Just three weeks after Colombian President Juan Manuel Santos underwent surgery to remove a cancerous tumor from his prostate gland, Vice President Angelino Garzón announced yesterday that he may step down from office in order to undergo radiation therapy for a similar condition. He will receive 39 sessions over eight weeks.
This is the first time that the vice president has insinuated that he would leave his post; his term has been plagued with a myriad of health issues including a heart attack shortly after taking office and a stroke which left him comatose in June. While Garzón said that the cancer is not life threatening, he is “fully aware that [he] must leave up to the constitution and the law everything related to the present and future of the vice presidency of Colombia.” It is not clear whether Garzón will renounce his post or whether he will let Congress—which earlier this month demanded he submit to a medical examination to determine his potential fitness to replace President Santos—make the final decision.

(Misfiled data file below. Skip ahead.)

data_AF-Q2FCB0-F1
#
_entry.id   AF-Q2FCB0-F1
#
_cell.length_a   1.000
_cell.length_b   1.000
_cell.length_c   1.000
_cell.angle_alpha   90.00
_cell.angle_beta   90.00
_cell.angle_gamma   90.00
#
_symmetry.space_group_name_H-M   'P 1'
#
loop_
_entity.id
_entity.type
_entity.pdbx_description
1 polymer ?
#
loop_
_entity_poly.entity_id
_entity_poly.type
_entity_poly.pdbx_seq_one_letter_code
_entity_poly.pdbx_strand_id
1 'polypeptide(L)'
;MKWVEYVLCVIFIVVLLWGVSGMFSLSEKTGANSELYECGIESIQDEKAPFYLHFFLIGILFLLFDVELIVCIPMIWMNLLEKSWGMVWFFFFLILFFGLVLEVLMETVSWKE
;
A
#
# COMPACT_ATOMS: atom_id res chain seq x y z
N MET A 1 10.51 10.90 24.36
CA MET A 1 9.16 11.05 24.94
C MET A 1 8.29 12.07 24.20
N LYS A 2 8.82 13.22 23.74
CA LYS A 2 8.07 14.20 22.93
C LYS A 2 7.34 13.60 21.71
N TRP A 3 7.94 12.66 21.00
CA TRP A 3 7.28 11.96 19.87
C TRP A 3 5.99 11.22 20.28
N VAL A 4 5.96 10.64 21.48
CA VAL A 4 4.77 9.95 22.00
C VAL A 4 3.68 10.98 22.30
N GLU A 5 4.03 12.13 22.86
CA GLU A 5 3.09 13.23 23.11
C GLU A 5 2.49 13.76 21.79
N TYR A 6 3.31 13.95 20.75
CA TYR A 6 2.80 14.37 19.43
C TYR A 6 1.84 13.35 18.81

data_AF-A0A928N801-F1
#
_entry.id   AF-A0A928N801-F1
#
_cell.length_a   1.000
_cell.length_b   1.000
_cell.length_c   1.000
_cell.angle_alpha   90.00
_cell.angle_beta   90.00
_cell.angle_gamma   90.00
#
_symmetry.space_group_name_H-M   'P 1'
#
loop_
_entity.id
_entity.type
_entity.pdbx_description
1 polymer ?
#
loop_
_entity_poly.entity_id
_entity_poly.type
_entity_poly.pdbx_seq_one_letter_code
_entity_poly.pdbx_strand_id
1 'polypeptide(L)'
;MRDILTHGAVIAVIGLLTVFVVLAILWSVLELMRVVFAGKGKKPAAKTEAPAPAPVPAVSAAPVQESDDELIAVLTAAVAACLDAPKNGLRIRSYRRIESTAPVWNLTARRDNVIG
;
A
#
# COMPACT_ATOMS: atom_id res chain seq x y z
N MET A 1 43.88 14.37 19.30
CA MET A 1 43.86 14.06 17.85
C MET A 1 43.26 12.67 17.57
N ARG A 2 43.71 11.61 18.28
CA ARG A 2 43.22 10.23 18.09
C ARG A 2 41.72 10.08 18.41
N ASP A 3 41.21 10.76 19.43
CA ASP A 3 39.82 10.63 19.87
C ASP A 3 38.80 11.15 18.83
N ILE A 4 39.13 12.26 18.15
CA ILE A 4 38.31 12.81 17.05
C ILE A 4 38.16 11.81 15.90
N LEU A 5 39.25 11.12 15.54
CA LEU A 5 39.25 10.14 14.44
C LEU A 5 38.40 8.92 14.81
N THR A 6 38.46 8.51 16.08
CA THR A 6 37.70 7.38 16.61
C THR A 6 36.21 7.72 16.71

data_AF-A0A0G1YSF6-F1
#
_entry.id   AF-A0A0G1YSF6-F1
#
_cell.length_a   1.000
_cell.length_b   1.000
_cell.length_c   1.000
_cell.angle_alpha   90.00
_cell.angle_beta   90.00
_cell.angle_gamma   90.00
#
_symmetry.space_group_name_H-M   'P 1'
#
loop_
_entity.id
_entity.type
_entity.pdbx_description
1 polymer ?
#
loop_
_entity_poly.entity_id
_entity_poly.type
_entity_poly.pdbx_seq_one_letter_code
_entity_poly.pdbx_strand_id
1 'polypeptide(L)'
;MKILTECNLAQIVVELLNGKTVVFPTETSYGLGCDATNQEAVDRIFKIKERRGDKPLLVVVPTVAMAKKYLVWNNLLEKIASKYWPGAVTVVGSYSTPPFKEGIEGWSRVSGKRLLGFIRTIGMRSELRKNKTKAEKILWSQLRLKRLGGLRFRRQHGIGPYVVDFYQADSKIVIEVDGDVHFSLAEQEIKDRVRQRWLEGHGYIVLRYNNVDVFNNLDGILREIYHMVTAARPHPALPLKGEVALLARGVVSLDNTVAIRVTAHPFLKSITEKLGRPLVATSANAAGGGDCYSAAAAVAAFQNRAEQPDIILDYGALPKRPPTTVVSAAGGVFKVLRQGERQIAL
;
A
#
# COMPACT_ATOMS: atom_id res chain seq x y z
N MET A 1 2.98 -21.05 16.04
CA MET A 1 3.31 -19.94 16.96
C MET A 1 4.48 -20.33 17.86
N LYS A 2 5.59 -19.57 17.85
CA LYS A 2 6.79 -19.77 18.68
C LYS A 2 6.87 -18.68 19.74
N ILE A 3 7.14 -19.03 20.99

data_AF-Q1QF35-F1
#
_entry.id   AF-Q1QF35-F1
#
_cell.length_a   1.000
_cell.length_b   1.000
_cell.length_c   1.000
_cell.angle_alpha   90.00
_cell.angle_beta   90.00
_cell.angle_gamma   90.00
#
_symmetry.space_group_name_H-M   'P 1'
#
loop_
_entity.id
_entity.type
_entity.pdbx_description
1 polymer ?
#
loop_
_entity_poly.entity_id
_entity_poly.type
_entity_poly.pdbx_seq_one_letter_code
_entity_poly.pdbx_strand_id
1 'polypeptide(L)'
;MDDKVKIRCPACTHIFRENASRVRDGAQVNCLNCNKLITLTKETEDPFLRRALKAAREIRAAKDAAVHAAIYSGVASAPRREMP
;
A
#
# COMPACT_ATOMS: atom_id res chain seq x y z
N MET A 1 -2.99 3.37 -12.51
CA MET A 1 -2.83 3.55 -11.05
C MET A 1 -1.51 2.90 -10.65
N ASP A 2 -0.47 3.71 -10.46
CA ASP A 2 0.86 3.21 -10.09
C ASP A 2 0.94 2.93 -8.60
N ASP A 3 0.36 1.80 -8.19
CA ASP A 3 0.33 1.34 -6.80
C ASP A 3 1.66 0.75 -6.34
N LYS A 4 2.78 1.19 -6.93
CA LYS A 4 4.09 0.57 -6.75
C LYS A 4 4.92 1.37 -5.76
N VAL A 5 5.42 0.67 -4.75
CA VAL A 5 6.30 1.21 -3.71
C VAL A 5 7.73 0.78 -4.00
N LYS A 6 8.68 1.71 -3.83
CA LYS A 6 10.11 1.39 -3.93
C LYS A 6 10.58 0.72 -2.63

According to Colombia’s 1991 Constitution, the vice president is elected by popular vote on the same ticket as the president. If Garzón were to step down, his replacement would be elected by Congress to fulfill the remainder of the term. Despite the restoration in the Constitution, however, some legislators are still discussing eliminating the position if he is not able to fulfill his duties due to his health.